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Author Archives: jpeilbert
The Search for Extraterrestrial Intelligence (SETI) has been ongoing for about 60 years now, and it’s time to reconsider if it’s worth the millions of dollars and hours it burns every year. To start off, I want to make the case that SETI isn’t real science. It’s a faith-based effort that isn’t falsifiable. An article … Continue reading SETI isn’t Science: Why the Search for Aliens is a Waste of Resources → Continue reading → Continue reading
The Militarization of Space: What We Know Might Scare You. What We Don’t Know is Probably Even Worse.
What do you think was the first man-made object in space? Who do you think launched that object? It may surprise you to find out that the first man-made object to reach space was a V-2 rocket launched by Nazi Germany in 1944. Fortunately, the Third Reich was defeated before their successes in rocketry could … Continue reading The Militarization of Space: What We Know Might Scare You. What We Don’t Know is Probably Even Worse. → Continue reading → Continue reading
You may be familiar with the Periodic Table, which lists every type of atom (referred to as ‘elements’) in the universe. Each of the elements is formed by combining subatomic building blocks in different ways. One of the most important element-creating events in the Universe was Big Bang nucleosynthesis, the period about 10 seconds to … Continue reading Stars: How to Make Just About Everything → Continue reading → Continue reading
I’ve been lucky to be able to study across very different academic fields in my undergraduate curriculum. This breadth of academic focus has made apparent to me the differences between how scholars in certain fields practice their craft. These differences contribute to the not-so-friendly rivalry between the so-called ‘hard’ sciences (physics, chemistry, biology, mathematics, etc.) … Continue reading Transgressing the Boundaries: A Look at the Sokal Affair → Continue reading → Continue reading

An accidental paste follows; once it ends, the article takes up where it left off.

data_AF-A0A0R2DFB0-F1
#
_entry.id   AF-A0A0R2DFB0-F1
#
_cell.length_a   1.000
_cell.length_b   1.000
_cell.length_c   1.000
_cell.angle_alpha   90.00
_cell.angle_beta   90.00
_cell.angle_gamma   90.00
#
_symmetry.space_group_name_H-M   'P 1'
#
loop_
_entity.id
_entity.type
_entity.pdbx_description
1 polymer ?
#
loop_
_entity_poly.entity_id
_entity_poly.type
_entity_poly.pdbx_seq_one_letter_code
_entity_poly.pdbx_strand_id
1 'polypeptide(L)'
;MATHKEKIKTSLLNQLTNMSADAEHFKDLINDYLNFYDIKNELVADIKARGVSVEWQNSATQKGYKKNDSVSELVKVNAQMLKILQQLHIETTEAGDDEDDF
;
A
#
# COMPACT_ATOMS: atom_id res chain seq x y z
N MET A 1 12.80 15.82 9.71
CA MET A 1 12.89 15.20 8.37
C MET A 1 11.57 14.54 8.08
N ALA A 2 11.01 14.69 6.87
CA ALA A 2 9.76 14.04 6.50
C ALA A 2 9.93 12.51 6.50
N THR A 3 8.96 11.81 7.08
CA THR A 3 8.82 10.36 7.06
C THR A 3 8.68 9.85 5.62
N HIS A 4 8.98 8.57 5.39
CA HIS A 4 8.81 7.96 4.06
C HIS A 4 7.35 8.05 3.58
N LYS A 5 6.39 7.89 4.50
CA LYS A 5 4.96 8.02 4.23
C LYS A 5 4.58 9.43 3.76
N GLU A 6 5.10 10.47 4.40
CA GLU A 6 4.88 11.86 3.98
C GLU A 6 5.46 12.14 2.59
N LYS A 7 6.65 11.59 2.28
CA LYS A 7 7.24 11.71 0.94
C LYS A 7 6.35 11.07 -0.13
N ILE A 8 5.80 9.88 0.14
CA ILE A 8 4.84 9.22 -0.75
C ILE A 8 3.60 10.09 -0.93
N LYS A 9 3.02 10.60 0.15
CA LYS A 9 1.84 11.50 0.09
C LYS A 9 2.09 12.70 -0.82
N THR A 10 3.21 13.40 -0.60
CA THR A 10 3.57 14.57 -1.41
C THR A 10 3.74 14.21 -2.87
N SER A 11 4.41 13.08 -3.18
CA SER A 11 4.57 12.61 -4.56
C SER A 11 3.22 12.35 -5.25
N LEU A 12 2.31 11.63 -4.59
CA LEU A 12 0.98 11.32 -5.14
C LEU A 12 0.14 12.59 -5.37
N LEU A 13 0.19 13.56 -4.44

Isaac Newton lived from 4 January 1643 until 31 March 1727 (according to the Gregorian Calendar, although it wasn’t used at the time). During his time he was known as a natural philosopher, and his scientific achievements spanned mathematics, physics, and astronomy. His formulation of the laws of motion and gravity (Newtonian, or classical, physics) … Continue reading The Times of Isaac Newton: a Window into the Early Modern Era → Continue reading → Continue reading
Have you ever wondered just how big the Solar System is? One helpful website to answer that question is Josh Worth’s “If the Moon Were Only 1 Pixel” site. This beautiful website allows you to scroll through the Solar System, to-scale, as if the Moon were only 1 pixel (that is, teeny-tiny and barely visible … Continue reading Grasping the Scale of the Solar System (with help from Josh Worth) → Continue reading → Continue reading
That’s me, proudly sporting my medals (and a regrettable haircut) from a high school Science Olympiad competition in March 2014. My love of astronomy all started when I began competing in the Astronomy event with my high school’s Science Olympiad team. Check out our team’s information here or learn more about Illinois Science Olympiad at their … Continue reading Introduction → Continue reading → Continue reading